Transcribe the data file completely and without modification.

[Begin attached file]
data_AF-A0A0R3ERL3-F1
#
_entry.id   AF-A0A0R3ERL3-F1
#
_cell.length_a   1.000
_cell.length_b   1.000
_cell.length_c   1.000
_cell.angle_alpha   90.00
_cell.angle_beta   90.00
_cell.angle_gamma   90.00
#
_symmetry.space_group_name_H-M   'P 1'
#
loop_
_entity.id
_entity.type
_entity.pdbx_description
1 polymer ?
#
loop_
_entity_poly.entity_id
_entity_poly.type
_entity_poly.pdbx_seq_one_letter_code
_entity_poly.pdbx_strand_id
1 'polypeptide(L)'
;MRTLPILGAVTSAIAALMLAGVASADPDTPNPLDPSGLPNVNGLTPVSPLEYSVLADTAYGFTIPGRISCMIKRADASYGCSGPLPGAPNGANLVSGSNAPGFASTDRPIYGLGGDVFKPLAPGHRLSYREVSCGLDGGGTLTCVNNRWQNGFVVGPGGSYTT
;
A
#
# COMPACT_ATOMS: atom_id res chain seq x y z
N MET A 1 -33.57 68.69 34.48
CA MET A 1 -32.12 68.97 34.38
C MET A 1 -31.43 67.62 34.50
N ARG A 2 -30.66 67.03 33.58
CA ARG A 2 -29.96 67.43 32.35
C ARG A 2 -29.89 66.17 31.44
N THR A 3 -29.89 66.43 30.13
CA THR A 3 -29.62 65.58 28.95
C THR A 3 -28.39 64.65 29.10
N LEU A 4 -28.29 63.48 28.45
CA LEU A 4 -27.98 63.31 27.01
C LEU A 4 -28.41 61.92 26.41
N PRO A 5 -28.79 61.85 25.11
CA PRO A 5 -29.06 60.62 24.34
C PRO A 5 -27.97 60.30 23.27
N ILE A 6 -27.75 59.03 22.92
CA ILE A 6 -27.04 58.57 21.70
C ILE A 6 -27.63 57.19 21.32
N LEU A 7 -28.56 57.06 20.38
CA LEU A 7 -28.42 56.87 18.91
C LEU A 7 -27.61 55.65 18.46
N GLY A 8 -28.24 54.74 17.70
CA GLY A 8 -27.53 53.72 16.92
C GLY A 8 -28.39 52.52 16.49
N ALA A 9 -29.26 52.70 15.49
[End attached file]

data_AF-A0A0R3ERL3-F1
#
_entry.id   AF-A0A0R3ERL3-F1
#
_cell.length_a   1.000
_cell.length_b   1.000
_cell.length_c   1.000
_cell.angle_alpha   90.00
_cell.angle_beta   90.00
_cell.angle_gamma   90.00
#
_symmetry.space_group_name_H-M   'P 1'
#
loop_
_entity.id
_entity.type
_entity.pdbx_description
1 polymer ?
#
loop_
_entity_poly.entity_id
_entity_poly.type
_entity_poly.pdbx_seq_one_letter_code
_entity_poly.pdbx_strand_id
1 'polypeptide(L)'
;MRTLPILGAVTSAIAALMLAGVASADPDTPNPLDPSGLPNVNGLTPVSPLEYSVLADTAYGFTIPGRISCMIKRADASYGCSGPLPGAPNGANLVSGSNAPGFASTDRPIYGLGGDVFKPLAPGHRLSYREVSCGLDGGGTLTCVNNRWQNGFVVGPGGSYTT
;
A
#
# COMPACT_ATOMS: atom_id res chain seq x y z
N MET A 1 -33.57 68.69 34.48
CA MET A 1 -32.12 68.97 34.38
C MET A 1 -31.43 67.62 34.50
N ARG A 2 -30.66 67.03 33.58
CA ARG A 2 -29.96 67.43 32.35
C ARG A 2 -29.89 66.17 31.44
N THR A 3 -29.89 66.43 30.13
CA THR A 3 -29.62 65.58 28.95
C THR A 3 -28.39 64.65 29.10
N LEU A 4 -28.29 63.48 28.45
CA LEU A 4 -27.98 63.31 27.01
C LEU A 4 -28.41 61.92 26.41
N PRO A 5 -28.79 61.85 25.11
CA PRO A 5 -29.06 60.62 24.34
C PRO A 5 -27.97 60.30 23.27
N ILE A 6 -27.75 59.03 22.92
CA ILE A 6 -27.04 58.57 21.70
C ILE A 6 -27.63 57.19 21.32
N LEU A 7 -28.56 57.06 20.38
CA LEU A 7 -28.42 56.87 18.91
C LEU A 7 -27.61 55.65 18.46
N GLY A 8 -28.24 54.74 17.70
CA GLY A 8 -27.53 53.72 16.92
C GLY A 8 -28.39 52.52 16.49
N ALA A 9 -29.26 52.70 15.49